Finally, we should mention plasmas, which exhibit convection the same as any other fluid. The presence of electric and magnetic fields complicate the fluid dynamics, but convection can still take place. The Sun is the obvious example, but only the outer third of the Sun exhibits convection. The dynamics of the Sun's convection zone involves more than temperature, particularly the turbulent outermost region where forces of magnetic fields create dramatic effects. Note that the absence of convection in the deep interior does not violate our basic assertion that convection occurs in all fluids because the gravitational field inside the Sun in very nonuniform, dampening vertical density fluctuations. But, if you want to get picky, then you could claim that the interior of the Sun is one place that fluid convection does not take place!
When the driving force for convection is removed, the system will return to thermal equilibrium.
If convection exists in a fluid because a heat source is maintaining a temperature gradient and then that heat source is removed, the fluid will return to a stationary state with uniform temperature in a sequence of three overlapping stages.
1. With no driving force, the system initially continues the current flow and transport of heat, but the flow will slow and cease due to internal fluid viscosity
2. When system inertia of initial flow dissipates, new convection forces develop due to remaining thermal gradients and push fluid towards a configuration where density profile are perpendicular to gravitational forces.
3. Existing temperature gradients in the fluid will diminish through thermal conduction as the system proceeds toward a final uniform temperature.
Yes, I believe it means your pump and filter are running correctly. You may want to adjust your jet so that the water discharge is just below the surface and circulating around the pool properly. My pool company told me to place the return jet at an angle facing away from the skimmer. It should be angled so that very little water movement can be noticed from the surface. The pool companies often set the showroom return jets in a way that is angled too high. They do this just for "show." If the return is set right, surface materials end up in the skimmer and bottom materials end up in one general spot in the center which is very easily vacuumed.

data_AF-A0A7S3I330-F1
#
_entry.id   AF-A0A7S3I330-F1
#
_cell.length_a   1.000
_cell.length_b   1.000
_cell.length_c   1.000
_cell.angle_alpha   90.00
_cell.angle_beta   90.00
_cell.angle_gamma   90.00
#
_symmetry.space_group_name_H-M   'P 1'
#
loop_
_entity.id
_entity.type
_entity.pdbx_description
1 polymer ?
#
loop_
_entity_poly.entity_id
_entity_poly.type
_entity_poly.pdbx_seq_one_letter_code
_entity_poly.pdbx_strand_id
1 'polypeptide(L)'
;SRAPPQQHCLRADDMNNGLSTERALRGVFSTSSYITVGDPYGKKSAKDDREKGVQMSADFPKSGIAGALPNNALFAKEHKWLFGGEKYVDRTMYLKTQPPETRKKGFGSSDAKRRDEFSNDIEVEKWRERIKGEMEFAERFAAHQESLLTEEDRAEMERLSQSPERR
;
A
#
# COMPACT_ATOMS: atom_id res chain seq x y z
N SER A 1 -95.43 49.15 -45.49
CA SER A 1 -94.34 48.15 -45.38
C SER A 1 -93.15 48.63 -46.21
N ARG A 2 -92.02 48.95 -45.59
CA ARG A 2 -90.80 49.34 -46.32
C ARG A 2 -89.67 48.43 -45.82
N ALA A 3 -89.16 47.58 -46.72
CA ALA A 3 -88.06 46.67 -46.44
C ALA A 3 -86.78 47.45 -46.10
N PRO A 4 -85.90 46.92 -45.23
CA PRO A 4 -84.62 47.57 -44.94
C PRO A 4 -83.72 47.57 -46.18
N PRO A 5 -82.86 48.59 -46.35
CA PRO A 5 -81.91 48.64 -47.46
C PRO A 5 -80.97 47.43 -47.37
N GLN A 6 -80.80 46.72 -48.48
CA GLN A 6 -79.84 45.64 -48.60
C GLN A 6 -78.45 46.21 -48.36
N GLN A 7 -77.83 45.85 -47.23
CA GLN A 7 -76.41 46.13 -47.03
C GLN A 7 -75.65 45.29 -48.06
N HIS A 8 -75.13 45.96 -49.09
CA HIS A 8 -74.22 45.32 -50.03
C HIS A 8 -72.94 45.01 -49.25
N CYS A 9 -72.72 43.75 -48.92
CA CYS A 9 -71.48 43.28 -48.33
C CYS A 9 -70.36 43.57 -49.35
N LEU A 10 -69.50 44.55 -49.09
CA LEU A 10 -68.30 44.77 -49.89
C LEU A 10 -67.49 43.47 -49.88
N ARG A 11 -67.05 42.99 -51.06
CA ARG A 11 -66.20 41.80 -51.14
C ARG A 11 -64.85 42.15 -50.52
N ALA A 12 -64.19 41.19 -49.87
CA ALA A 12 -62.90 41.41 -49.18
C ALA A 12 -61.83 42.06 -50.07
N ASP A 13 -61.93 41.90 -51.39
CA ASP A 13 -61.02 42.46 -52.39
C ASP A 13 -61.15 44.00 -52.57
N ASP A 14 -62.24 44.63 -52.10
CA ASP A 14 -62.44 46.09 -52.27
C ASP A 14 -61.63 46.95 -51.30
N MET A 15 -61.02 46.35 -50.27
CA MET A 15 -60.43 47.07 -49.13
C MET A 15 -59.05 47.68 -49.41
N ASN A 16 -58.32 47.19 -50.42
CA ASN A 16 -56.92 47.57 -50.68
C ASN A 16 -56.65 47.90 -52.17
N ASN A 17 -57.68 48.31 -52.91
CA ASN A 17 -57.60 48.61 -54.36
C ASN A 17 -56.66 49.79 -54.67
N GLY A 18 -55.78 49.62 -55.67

A meniscus can be concave or convex.
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Heat transfer by convection requires a fluid, heat source and gravity. Natural heat transfer by convection requires there to be a heat source causing nonuniform temperature in the fluid so that buoyancy of the warmer fluid causes it to rise.
When we say heat is transferred by convection, we mean the thermal energy (heat) is actually carried by the material to distinguish from heat conduction through a material.
Convection requires the presence of matter that can move, e.g. liquid or gases exhibit convective heat flow but solids do not.
Normally, convection is driven by buoyancy, so one also needs to have the liquid (or gas) change density with temperature.
Aside: Convection is why we say "heat rises." And, an interesting side observation is that when water cools near the freezing point, it actually gets lighter as the temperature drops from 4 C to 0 C, hence causing the cooler water in that range to be less dense and more buoyant.
Aside: There is also something called forced convection where fluid is moved by artificial means such as air pushed by a fan. Most home heating occurs with "forced convection" but years ago natural convection resulting from buoyancy of hat air was the cause for air circulation.
An eddy current is induced into a metal when magnetic lines of force move across it. A South pole causes circulating current in clockwise direction while a North pole causes current in counter-clockwise direction. These eddy currents thus buck the applied forces. Eddy currents are undesirable when induced into transformer cores causing power loss. Lamination of core material reduces current flow in the core. Current induced into the secondary winding of a transformer is a used to step-up or step-down voltages so that they can be of a correct size for end-use applications.